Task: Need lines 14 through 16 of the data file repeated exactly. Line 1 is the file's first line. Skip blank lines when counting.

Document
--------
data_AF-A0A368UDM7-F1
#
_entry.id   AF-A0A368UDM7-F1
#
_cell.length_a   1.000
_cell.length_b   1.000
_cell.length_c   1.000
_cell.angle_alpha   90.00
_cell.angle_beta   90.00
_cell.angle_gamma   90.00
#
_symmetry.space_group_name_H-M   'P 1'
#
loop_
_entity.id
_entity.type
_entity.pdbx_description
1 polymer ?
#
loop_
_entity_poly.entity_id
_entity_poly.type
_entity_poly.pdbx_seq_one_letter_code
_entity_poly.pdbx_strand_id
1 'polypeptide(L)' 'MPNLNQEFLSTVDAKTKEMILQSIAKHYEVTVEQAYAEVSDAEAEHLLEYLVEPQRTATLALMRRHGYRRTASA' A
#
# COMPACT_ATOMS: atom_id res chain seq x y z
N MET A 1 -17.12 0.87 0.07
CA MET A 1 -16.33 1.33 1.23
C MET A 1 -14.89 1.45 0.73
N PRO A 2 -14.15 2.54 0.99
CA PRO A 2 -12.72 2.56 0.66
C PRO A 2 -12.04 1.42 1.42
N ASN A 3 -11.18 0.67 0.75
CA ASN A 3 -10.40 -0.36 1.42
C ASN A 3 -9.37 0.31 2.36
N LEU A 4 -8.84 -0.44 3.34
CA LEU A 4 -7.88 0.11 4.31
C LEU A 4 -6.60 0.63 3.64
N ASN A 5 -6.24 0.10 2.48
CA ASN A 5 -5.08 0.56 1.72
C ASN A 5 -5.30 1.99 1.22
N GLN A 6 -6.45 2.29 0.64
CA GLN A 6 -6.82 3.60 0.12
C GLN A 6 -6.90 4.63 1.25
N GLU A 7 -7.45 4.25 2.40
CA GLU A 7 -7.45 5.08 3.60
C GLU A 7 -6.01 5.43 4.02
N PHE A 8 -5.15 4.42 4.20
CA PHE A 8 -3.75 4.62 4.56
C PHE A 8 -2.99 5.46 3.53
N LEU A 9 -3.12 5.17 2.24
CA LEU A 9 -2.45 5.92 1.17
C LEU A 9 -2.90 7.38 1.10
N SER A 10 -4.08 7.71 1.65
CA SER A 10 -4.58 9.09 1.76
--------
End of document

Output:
loop_
_entity.id
_entity.type